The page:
Later in life, when I was pregnant with my son, there is no way anyone could have convinced me not to have him. Even if I was to do it on my own, I was absolutely ready. So I can understand the lady wanting her baby. She was already a mum at the time and perhaps felt more capable, ready than my husband did.

But here is where is starts to get tricky, a baby doesn’t stay a baby. A baby grows to a child and a teenager who wants answers, wants an explanation, and rightfully so. From a child’s point of view, it’s not always enough to have one involved parent. Why isn’t my mum or dad so into me?

Kids are intuitive: they know when one parent is not fully committed to them. But no one is ever going to say (unless you’re a complete arsehole) ‘To be honest, I wasn’t ready to be a parent; I didn’t want/wasn’t ready for the emotional, physical, financial toll a baby would take. I didn’t want to stay home while my mates travelled for months overseas. It was not my choice to have you’.  So you say ‘I was young and not ready to have a child, but I sure am glad you’re here’. Even if, it’s not entirely true.

Queensland women share their personal stories of abortion.

Video by Fair Agenda

There are also the financial obligations as a parent, and while child support is a well-managed legislation, many single parents will tell you that it doesn’t nearly cover the costs of raising a child. Not to mention the lack of physical support you have when you’re flying solo. Which means it’s a bloody tough situation from the get-go.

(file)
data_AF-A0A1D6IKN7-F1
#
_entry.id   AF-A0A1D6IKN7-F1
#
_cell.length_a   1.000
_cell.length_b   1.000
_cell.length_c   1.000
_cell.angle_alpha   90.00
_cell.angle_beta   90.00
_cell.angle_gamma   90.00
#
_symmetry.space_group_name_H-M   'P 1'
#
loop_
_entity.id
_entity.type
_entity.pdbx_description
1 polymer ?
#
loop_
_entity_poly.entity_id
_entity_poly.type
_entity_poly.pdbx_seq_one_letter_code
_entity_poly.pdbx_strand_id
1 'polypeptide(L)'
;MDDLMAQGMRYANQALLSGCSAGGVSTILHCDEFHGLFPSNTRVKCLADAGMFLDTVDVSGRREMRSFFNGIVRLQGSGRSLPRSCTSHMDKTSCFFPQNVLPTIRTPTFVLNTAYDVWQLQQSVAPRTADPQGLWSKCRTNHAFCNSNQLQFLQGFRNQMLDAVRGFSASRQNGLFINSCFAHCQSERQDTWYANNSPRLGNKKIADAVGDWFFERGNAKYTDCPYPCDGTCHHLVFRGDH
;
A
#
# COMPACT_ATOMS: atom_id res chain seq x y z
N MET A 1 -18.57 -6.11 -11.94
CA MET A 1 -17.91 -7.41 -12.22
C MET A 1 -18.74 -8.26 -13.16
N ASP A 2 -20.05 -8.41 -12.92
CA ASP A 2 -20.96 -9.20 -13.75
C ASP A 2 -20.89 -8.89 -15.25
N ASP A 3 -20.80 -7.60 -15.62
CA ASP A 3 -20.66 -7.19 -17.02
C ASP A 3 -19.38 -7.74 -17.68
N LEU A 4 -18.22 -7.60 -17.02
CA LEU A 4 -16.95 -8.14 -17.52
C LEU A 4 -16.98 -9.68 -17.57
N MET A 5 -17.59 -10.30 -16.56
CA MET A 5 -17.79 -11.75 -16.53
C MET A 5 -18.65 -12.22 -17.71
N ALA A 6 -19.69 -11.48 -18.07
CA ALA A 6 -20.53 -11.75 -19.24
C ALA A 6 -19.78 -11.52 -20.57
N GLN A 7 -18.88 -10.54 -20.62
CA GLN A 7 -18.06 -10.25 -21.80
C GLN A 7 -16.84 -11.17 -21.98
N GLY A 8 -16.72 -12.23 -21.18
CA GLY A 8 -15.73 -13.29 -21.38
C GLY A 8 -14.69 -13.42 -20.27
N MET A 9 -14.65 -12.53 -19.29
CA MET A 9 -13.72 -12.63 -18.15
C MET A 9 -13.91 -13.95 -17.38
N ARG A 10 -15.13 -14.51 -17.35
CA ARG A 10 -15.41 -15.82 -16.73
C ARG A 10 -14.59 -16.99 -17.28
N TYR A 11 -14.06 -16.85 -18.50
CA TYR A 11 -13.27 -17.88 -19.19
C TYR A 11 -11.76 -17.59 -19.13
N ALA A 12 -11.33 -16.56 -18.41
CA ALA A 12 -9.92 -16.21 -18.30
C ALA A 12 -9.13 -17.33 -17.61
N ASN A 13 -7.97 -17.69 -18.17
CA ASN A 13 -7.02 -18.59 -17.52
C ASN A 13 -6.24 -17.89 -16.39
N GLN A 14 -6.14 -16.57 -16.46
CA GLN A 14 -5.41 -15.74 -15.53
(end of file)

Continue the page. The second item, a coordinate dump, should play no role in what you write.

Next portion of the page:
A good friend of mine was dating a guy on-and-off for a couple of months. Their rendezvous would coincide with a good band playing at the pub. They discovered, just three months in to this jive, that they were expecting. Her parents persuaded them to get married.

When the little one was two, they thought it might be a good idea to have another baby. It was not a good idea. Both of them were miserable and the children were less than thriving. They eventually spilt up, several years later, but neither escaped unscathed and given the chance again, both have said they would have made different decisions.

But this isn’t always the case, hey? Sometimes unexpected pregnancy can be THE best gift of all. But the determining factor is if BOTH parents see it as a gift. If not, it can be the undoing of even the most stable of marriages: that precious third child that my girlfriend longed for and her husband refused, ultimately saw the beginning of the end of their marriage.

It is true a parent can legally terminate their parental rights, thereby surrendering access and financial support, but (unless of course the child is in danger, physically or emotionally) that’s a pretty awful thing to do and where does that leave the child? Abandoned and under financial strain. It’s not the child’s fault the adults in their life didn’t agree on the prospect of their very existence.

No matter which side of the pro-life fence you sit, there is no denying that a pregnancy, when one parent is adamant they do not want to be a parent, is a very difficult, life-changing, issue. It's one not to be taken lightly, and there is no easy answer. Like many things in life, there are just people trying to make the best decisions under not the best situations.